This year’s theme is caterpillar host plants! Now is the perfect time to thin out the perennial garden and share some of your garden success with others. Admission to the swap is one plant and a new or used garden tool. The new or used garden tool is your “shower gift” to help the nature center stock up on equipment to use in educational gardening programs. For your admission, you will be entitled to take one “swap plant” home with you. Bring additional plants to swap on a 1:1 ratio. Plants may be dropped off on Friday, April 29th, and you will be given a credit voucher to use on your return on Saturday. Please check out our Web site for a list of caterpillar host plants at NJ Audubon’s website. Admission: One plant and one new or used garden tool.

May 6-7 (Friday-Saturday)

Native Plant Sale & Native Plant Swap at the

Unitarian Universalist Congregation of the South Jersey Shore

in Pomona, NJ (Atlantic Co)

organized by fellow wildlife gardener Jesse Connor. Lots of excellent hard-to-find natives will be available, including Black Cherry and Red Cedar trees (in the plant swap). Even if you live outside of Atlantic County, it will be worth the drive. April 1st was the deadline for orders for the Plant Sale (but Jesse may have ordered a few extras of certain goodies). To learn full details about the Plant Sale and the Plant Swap download all 4 documents at the UUCSJS website under the header — UUCSJS Annual Native Plant Swap & Sale.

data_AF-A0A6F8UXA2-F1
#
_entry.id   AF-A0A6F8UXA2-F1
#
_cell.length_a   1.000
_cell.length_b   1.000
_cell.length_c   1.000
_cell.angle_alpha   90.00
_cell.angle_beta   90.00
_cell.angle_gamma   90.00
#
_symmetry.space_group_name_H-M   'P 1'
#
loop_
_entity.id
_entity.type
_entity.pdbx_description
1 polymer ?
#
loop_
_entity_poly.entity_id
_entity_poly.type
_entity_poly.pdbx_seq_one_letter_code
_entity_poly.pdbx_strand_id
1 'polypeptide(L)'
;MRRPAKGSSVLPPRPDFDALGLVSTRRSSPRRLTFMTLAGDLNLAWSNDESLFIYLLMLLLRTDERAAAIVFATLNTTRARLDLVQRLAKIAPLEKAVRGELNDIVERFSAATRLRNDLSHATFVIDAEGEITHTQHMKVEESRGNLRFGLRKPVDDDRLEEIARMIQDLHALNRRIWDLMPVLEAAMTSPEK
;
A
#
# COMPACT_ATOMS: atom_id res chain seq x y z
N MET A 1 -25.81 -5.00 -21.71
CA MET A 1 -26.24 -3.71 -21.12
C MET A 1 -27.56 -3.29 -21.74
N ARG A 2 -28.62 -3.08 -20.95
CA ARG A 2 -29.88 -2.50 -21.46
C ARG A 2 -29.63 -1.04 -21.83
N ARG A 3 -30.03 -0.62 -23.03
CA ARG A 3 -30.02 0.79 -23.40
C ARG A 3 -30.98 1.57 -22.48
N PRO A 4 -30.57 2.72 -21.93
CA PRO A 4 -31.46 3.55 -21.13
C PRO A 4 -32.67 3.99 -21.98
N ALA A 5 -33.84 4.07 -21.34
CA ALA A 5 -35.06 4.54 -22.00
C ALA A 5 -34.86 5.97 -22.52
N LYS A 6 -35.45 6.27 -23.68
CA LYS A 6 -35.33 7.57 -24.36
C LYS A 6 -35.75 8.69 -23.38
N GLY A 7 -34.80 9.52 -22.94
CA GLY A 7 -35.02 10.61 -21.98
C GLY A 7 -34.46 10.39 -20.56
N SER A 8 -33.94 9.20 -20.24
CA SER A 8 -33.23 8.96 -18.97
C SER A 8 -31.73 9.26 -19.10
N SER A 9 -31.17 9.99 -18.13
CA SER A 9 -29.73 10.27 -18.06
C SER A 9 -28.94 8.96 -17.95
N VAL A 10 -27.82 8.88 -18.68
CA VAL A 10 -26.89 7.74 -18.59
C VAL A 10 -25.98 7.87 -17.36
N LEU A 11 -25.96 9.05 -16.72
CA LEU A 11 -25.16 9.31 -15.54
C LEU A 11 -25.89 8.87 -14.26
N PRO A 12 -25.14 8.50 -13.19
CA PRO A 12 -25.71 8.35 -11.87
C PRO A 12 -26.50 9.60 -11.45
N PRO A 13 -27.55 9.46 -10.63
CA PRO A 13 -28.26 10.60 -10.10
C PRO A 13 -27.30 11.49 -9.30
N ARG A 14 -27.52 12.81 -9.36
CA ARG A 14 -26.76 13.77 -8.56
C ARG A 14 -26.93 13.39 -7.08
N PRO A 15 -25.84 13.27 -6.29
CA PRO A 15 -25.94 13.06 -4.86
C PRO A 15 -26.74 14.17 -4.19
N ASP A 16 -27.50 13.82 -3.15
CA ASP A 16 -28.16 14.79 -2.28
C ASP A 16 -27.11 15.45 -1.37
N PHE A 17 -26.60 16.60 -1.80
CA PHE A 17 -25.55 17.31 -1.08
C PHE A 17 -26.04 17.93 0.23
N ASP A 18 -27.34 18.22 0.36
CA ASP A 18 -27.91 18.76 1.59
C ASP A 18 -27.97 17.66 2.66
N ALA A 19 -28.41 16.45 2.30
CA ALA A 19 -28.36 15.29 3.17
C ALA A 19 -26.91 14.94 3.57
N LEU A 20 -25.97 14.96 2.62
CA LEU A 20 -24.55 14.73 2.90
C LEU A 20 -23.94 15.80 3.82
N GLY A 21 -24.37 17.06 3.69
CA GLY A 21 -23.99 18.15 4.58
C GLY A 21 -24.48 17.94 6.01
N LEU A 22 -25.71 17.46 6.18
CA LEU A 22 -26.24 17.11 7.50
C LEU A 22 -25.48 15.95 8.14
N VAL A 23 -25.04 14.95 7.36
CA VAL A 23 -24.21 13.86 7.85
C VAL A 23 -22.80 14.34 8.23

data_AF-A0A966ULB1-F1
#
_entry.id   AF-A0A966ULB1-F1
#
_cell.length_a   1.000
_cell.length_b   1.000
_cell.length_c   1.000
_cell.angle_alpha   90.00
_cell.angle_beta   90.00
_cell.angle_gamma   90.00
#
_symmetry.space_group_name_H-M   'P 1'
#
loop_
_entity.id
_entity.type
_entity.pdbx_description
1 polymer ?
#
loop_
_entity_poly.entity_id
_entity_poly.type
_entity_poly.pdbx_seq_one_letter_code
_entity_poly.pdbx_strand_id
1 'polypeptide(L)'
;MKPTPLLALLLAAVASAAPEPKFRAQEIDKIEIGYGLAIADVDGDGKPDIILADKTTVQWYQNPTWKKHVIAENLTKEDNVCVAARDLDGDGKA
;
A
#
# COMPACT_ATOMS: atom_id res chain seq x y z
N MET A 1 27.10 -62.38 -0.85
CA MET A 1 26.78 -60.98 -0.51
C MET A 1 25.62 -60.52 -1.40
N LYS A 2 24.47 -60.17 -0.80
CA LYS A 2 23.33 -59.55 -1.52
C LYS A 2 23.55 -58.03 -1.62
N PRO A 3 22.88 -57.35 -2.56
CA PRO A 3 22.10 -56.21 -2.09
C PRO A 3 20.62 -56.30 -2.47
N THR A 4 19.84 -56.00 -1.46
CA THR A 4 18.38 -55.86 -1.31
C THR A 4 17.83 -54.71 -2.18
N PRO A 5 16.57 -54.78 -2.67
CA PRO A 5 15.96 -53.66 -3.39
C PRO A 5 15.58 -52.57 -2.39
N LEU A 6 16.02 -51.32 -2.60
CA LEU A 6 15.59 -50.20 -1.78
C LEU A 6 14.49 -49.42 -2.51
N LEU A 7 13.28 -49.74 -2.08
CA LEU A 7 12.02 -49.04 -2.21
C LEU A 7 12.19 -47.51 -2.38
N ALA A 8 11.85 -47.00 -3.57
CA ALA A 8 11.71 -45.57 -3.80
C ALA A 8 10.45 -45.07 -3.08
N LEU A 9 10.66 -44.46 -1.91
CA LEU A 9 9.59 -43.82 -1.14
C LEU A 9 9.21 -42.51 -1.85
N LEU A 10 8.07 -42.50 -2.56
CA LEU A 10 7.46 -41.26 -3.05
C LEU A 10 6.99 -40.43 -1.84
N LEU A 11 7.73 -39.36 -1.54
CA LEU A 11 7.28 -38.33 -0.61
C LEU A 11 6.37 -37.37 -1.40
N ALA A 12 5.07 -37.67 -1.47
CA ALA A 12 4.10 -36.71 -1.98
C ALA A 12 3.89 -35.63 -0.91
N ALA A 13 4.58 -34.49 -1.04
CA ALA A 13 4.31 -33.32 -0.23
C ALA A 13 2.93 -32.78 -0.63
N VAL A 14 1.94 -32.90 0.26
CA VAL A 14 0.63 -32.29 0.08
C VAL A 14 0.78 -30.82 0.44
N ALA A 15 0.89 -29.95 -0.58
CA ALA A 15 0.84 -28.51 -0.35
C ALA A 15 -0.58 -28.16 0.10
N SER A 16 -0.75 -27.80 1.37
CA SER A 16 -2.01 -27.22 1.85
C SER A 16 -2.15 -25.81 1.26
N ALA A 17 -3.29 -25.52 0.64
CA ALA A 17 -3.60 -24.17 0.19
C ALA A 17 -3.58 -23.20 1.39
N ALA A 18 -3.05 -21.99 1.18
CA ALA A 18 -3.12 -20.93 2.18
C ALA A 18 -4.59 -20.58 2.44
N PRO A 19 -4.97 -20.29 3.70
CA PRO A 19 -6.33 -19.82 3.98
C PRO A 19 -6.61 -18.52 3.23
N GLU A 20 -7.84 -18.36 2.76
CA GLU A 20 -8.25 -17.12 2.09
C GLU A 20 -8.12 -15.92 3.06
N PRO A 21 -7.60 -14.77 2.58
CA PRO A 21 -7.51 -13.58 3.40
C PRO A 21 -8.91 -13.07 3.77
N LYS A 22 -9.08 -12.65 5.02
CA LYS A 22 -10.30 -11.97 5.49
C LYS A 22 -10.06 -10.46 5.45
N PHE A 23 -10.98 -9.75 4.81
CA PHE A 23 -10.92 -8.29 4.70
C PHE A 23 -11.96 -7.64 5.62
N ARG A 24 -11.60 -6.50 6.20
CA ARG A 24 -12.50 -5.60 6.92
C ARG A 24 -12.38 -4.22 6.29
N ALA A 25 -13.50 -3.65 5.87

May 21-22 (Saturday & Sunday) — 10 a.m. to 3 p.m.

ORDER BY April 30th for pick up May 21 & 22

10th Annual Plant Sale (for Wildlife Gardens)

at NJ Audubon’s Nature Center of Cape May

1600 Delaware Avenue, Cape May, NJ 08204 (609-898-8848)

Your gardens will be the buzz, tweet and talk of the neighborhood when you get off to a good start with top-quality plants. We emphasize the use of New Jersey native plants, which benefit wildlife and have a strong ornamental appeal for the backyard landscape. Some non-native (but non-invasive) perennials and annuals, which offer an added boost to butterfly gardens, will also be available. For an order form, call the nature center at 609.898.8848 or go to the NCCM’s 10th Annual Plant Sale Order Form.



Ruby-throated Hummingbirds Have Arrived in the US

Hi Gang,

I’ll bet you’re as eager as I am for spring. Well, it is happening. Heard a Wood Frog calling from one of our Dragonfly Ponds in yesterday’s rain.

Our Ruby-throated Hummingbirds have spent the winter in southern Mexico south to Costa Rica. They’ve begun their migration north and have been arriving along the Gulf Coast this past week. They’ll continue moving north, keeping pace with the opening of their favorite flowers. By late March and early April they near NJ, often settling in by mid-April.

Keep track of their movements here.

Happy Spring!